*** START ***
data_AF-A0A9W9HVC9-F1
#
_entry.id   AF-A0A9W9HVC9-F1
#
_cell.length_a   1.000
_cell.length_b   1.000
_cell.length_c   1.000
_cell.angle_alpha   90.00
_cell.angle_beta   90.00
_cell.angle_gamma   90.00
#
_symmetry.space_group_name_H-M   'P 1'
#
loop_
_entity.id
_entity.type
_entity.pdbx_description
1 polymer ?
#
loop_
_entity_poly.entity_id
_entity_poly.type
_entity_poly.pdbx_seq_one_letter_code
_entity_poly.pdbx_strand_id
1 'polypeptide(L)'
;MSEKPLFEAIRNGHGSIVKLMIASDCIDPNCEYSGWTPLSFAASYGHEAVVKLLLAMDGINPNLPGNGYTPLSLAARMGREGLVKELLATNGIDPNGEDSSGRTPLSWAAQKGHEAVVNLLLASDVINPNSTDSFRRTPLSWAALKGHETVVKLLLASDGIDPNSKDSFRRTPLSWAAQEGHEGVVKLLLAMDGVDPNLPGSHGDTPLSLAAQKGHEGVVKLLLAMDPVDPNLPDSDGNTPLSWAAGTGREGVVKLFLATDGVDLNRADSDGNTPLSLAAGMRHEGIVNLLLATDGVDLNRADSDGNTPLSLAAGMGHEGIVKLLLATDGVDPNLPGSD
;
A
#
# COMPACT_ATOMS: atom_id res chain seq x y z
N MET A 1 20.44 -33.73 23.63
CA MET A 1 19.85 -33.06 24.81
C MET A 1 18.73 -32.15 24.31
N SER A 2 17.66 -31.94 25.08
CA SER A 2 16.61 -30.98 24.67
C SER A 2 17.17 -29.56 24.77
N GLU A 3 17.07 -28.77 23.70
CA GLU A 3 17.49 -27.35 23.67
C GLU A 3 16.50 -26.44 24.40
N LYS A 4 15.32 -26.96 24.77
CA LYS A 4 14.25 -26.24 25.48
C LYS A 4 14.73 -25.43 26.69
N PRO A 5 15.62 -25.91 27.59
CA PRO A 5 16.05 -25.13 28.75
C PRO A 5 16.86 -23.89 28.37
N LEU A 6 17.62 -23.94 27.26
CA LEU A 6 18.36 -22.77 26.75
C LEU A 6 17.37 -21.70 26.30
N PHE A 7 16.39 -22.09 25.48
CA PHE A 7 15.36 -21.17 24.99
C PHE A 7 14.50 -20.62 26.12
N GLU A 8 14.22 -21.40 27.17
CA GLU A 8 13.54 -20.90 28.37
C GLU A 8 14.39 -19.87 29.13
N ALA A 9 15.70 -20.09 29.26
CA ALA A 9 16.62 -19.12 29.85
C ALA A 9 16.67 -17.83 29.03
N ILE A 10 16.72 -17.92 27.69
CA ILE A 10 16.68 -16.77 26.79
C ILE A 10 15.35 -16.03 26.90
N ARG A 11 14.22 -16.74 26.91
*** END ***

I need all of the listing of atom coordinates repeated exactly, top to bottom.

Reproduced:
data_AF-A0A9W9HVC9-F1
#
_entry.id   AF-A0A9W9HVC9-F1
#
_cell.length_a   1.000
_cell.length_b   1.000
_cell.length_c   1.000
_cell.angle_alpha   90.00
_cell.angle_beta   90.00
_cell.angle_gamma   90.00
#
_symmetry.space_group_name_H-M   'P 1'
#
loop_
_entity.id
_entity.type
_entity.pdbx_description
1 polymer ?
#
loop_
_entity_poly.entity_id
_entity_poly.type
_entity_poly.pdbx_seq_one_letter_code
_entity_poly.pdbx_strand_id
1 'polypeptide(L)'
;MSEKPLFEAIRNGHGSIVKLMIASDCIDPNCEYSGWTPLSFAASYGHEAVVKLLLAMDGINPNLPGNGYTPLSLAARMGREGLVKELLATNGIDPNGEDSSGRTPLSWAAQKGHEAVVNLLLASDVINPNSTDSFRRTPLSWAALKGHETVVKLLLASDGIDPNSKDSFRRTPLSWAAQEGHEGVVKLLLAMDGVDPNLPGSHGDTPLSLAAQKGHEGVVKLLLAMDPVDPNLPDSDGNTPLSWAAGTGREGVVKLFLATDGVDLNRADSDGNTPLSLAAGMRHEGIVNLLLATDGVDLNRADSDGNTPLSLAAGMGHEGIVKLLLATDGVDPNLPGSD
;
A
#
# COMPACT_ATOMS: atom_id res chain seq x y z
N MET A 1 20.44 -33.73 23.63
CA MET A 1 19.85 -33.06 24.81
C MET A 1 18.73 -32.15 24.31
N SER A 2 17.66 -31.94 25.08
CA SER A 2 16.61 -30.98 24.67
C SER A 2 17.17 -29.56 24.77
N GLU A 3 17.07 -28.77 23.70
CA GLU A 3 17.49 -27.35 23.67
C GLU A 3 16.50 -26.44 24.40
N LYS A 4 15.32 -26.96 24.77
CA LYS A 4 14.25 -26.24 25.48
C LYS A 4 14.73 -25.43 26.69
N PRO A 5 15.62 -25.91 27.59
CA PRO A 5 16.05 -25.13 28.75
C PRO A 5 16.86 -23.89 28.37
N LEU A 6 17.62 -23.94 27.26
CA LEU A 6 18.36 -22.77 26.75
C LEU A 6 17.37 -21.70 26.30
N PHE A 7 16.39 -22.09 25.48
CA PHE A 7 15.36 -21.17 24.99
C PHE A 7 14.50 -20.62 26.12
N GLU A 8 14.22 -21.40 27.17
CA GLU A 8 13.54 -20.90 28.37
C GLU A 8 14.39 -19.87 29.13
N ALA A 9 15.70 -20.09 29.26
CA ALA A 9 16.62 -19.12 29.85
C ALA A 9 16.67 -17.83 29.03
N ILE A 10 16.72 -17.92 27.69
CA ILE A 10 16.68 -16.77 26.79
C ILE A 10 15.35 -16.03 26.90
N ARG A 11 14.22 -16.74 26.91